The Firstborn: Lions Among Men

With a sound as unrelenting and unforgiving as a towering storm Lions Among Men, the new album from The Firstborn is a devastating and compulsive smothering of the senses. It does not have an explosive destructive might that strikes with a swift vengeance but instead consumes and over whelms with a merciless sonic tirade upon the senses, leaving them under an aural avalanche of intensity. The album from the Portuguese metalers is a directly testing and formidable release that has no qualms in taking one to their limits in focus and patience. It is also a deeply rewarding release once given the strength and patience needed to discover its wealth of satisfying sounds and invention. For many it will be too much work but for others it will be an enlightening experience that works on many levels.

Though the seeds of the band go back to 1995 it was with the release of their concept album based on the Tibetan Book Of The Dead, The Unclenching Of Fists in 2005 that the band came to the notice of a wider audience, and though the album due to poor distribution did not find itself reaching as many as it deserved the media was openly on its side. This was followed by The Noble Search in 2008; furthering their sound and direction it explored the Buddhist Scriptures and the multiple paths to nirvana in concept. Lions Among Men sees the band return with an even more closely united blend of metal intensity and the fusion of Buddhist philosophy. Powerful and provoking it leaves no sense untouched and gasping for air nor any thought lingering without meaning or at least a question to contemplate.

Released via Rastilho Records, Lions Among Men opens with a slowly dawning atmosphere, slightly foreboding and partially inviting. The title track emerges at its own pace, as if it is watching and sizing up the listener. As the low grizzled tones of vocalist Bruno Fernandes slowly grind upon the ear the song expands, continuing its lingering emergence into the light. Almost five minutes in and mid-point of the song the guitars light up with Nuno Gervásio and Filipe Lima exploring sounds and its recipient with inciting sonic stabs and twisting riffs. The song offers technical metal without the embellishments most bands attach to it, ensuring the song and subsequently the album intrigues and engages deeply whilst manipulating with the immense heaviness of sound surrounding it.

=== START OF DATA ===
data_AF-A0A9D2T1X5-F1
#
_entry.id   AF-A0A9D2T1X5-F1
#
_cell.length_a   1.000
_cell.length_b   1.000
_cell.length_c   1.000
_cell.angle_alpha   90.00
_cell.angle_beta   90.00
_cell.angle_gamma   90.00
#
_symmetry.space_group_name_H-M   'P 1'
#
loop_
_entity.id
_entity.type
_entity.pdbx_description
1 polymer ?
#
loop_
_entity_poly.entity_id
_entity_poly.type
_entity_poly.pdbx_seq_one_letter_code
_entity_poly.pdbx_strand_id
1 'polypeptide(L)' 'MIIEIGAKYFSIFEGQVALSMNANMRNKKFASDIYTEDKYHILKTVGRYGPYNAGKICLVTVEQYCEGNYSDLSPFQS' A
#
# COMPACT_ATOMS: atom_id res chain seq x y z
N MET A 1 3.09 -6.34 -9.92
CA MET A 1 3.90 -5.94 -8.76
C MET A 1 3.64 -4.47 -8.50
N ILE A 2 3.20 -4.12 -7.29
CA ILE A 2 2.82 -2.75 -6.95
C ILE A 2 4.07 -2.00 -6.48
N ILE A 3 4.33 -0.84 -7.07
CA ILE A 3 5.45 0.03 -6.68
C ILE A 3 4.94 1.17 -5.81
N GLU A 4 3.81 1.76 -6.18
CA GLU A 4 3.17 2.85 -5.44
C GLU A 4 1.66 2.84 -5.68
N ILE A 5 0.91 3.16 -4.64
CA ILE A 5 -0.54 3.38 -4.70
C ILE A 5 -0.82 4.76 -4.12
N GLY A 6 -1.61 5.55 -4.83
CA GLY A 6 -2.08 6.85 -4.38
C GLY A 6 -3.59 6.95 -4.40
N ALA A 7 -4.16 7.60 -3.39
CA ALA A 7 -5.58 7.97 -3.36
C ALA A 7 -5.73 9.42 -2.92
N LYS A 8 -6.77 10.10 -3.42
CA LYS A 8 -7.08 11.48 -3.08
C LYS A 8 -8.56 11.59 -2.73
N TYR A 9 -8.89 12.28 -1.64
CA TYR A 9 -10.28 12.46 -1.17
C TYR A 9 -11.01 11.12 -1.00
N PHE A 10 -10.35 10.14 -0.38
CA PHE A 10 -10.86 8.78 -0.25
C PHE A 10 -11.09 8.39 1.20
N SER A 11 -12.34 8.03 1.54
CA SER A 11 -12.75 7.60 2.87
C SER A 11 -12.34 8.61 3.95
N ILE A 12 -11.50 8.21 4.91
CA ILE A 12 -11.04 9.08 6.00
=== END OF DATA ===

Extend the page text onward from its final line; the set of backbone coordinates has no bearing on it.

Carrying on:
The following track Without As Within though with a lighter initial tone carries on as the opener ended. This marks the only real issue with the album in that overall there is a similarity between many of the songs which is hard to dismiss. Within the songs though as here with the drums of Rolando Barros barracking and bullying the ear whilst the vocals switch and vary wonderfully, there is distinct variety but you have to work quite hard at times to find it, questioning how many are patient and determined enough. Obviously that is really a flaw of the listener and not the band and once inside to play with the treasures the songs are immensely gratifying and unique.

The further in the greater the quality of Lions Among Men, the likes of Vajra Eyes and Eight Flashing Lances exploring further and shining brighter. The latter of these two with its seamless mix of sitar majesty and powerful metal strength is a mighty black metal flavoured feast for the ear. This is equalled and then eclipsed by the closing duo of tracks, the album ending on a real high. Nothing Attained, Nothing Spoken though a less intense track still ripples from the drums and dark impressive riffs of bassist Hélder Malícia. It swoops and teases the senses, pouncing with mighty riffs and venomous growls from within its depths. Sounds Liberated as Mantra ends things perfectly; the lumbering intent and defined groove a thrilling companion to the Indian spiced sounds and chants. The instrumental though lengthy is vibrant and a welcome guest in the ear.

Though Lions Among Men does not always make it easy to stay patient it is an excellent album that invites and requires constant attention. Give it and The Firstborn that and the rewards are greatly impressive.

RingMaster 12/03/2012

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Interview with Jost Kleinert of Lay Down Rotten.

For well over a decade German metalers Lay Down Rotten have brutalised and obliterated the senses with their devastating death metal creations. As the years pass the band simply get more ferocious and impressive as their brand new album Mask of Malice proves. The new release which is also the first album with new guitarist Daniel “Kensington” Seifert, is a mighty collection of tracks rippling in intensity and hard destructive sounds. We had the chance to ask vocalist Jost Kleinert about the album, their newest addition and other aspects of Lay Down Rotten.

Hello and thank you for sparing time to talk to us at The RingMaster Review.

You have just released your excellent new album Mask of Malice, what were the emotions approaching release day, fear, relief, excitement….?

Excitement, of course! We are very proud of this particular record. This is our darkest album to date and the first album that features our new guitarist Kensington.